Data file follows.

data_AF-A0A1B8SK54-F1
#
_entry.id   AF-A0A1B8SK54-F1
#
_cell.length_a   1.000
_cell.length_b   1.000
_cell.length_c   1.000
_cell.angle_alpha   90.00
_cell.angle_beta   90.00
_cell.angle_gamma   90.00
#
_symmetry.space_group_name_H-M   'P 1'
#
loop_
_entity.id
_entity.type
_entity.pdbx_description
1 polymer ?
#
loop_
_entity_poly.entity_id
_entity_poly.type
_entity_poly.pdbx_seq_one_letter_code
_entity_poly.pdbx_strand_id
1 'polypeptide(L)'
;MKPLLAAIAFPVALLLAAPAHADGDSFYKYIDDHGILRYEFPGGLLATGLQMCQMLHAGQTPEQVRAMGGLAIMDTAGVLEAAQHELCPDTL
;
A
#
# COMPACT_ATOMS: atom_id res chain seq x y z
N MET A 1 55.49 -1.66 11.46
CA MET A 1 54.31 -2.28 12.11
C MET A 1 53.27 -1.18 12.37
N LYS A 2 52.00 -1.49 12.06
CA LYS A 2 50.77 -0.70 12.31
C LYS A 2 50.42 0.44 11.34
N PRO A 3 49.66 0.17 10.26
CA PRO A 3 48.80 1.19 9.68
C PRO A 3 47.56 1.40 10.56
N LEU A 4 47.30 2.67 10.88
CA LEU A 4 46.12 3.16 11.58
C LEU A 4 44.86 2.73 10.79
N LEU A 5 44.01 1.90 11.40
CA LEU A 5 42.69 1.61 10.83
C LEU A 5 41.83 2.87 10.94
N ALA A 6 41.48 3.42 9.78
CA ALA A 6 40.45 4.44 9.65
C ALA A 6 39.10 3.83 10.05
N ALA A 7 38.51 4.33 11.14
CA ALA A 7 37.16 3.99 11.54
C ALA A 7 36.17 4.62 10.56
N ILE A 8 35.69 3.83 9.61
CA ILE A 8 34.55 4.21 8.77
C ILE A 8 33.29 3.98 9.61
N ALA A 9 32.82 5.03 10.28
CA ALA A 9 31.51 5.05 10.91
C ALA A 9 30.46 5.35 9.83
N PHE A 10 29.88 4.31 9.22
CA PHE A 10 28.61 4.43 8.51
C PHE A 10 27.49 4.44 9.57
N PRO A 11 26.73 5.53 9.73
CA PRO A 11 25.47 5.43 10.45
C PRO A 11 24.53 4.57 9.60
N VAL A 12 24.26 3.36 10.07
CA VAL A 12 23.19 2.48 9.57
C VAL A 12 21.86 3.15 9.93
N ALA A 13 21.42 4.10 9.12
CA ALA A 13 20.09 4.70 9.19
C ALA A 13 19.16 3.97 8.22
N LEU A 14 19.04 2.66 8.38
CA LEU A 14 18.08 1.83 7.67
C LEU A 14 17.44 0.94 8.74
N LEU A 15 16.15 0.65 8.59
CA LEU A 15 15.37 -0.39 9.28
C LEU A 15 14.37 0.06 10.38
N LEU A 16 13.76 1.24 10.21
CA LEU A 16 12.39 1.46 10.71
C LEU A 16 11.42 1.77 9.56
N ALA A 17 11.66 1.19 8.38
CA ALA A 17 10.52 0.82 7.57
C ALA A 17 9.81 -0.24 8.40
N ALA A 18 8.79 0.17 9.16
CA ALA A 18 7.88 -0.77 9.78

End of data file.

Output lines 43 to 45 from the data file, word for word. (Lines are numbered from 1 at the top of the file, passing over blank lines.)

N LEU A 5 44.01 1.90 11.40
CA LEU A 5 42.69 1.61 10.83
C LEU A 5 41.83 2.87 10.94